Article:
Peterborough Cathedral organised an archaeological dig in the Deanery garden in June to coincide with Peterborough Heritage Festival. FRAG members were amongst nearly 100 volunteers who participated in the excavation.

The focus of the archaeology was on the Late Anglo-Saxon period, including investigating the possibility that the burh wall crosses the garden area.

The Saxon village and church that made up the original settlement of Peterborough on the banks of the River Nene was called Medehamstede meaning ‘meadow homestead’ and was taken from the meadows that were either side of the River Nene.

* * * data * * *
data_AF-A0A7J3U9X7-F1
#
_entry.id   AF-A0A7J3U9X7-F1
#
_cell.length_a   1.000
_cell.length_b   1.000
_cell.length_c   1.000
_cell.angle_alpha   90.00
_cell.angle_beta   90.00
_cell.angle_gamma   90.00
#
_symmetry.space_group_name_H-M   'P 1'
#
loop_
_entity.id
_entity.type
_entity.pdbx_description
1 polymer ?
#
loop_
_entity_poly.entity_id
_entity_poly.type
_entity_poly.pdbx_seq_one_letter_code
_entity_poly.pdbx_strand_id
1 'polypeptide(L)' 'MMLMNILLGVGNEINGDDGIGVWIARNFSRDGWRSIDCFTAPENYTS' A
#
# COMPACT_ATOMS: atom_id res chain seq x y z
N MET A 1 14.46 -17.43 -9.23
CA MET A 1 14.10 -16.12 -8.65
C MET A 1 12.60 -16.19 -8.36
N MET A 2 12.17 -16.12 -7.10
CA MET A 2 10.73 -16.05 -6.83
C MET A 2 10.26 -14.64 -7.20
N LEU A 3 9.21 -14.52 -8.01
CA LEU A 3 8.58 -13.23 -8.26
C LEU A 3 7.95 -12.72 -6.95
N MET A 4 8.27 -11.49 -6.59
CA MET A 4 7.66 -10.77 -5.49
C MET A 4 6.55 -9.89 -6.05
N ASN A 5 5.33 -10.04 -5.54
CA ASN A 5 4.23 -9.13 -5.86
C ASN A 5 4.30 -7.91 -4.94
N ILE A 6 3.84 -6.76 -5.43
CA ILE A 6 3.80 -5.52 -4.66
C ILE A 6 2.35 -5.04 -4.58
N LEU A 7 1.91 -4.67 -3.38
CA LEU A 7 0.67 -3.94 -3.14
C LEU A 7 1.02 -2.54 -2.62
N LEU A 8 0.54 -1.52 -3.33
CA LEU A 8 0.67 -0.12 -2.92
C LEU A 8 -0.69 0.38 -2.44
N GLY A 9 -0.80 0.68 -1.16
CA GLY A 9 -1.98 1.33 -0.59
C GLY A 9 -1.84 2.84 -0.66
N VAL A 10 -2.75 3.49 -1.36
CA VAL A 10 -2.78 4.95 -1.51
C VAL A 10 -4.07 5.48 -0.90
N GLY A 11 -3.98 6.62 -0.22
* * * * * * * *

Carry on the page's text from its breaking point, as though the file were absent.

Peterborough, like many other places up and down the east coast of England, was ransacked by Danish and Viking raiders during the 8th and 9th centuries. One particular raid on the town in 870 AD completely destroyed the church.

When the new church was rebuilt a century later in 972 AD as an abbey, it was also deemed necessary to build some defences around the monastic site as the country was still not safe from raids from the continent.

The entire Precinct was fortified in 1005 AD with a defence called a burgh (or burh). This is likely to have consisted of an earthwork with additional defences made from stone and/or wood. It was when the burgh was constructed that the name of Medehamstede was changed first to Goldenburgh and then Peterburgh (after the saint dedication of the church and the presence of the fortification burgh).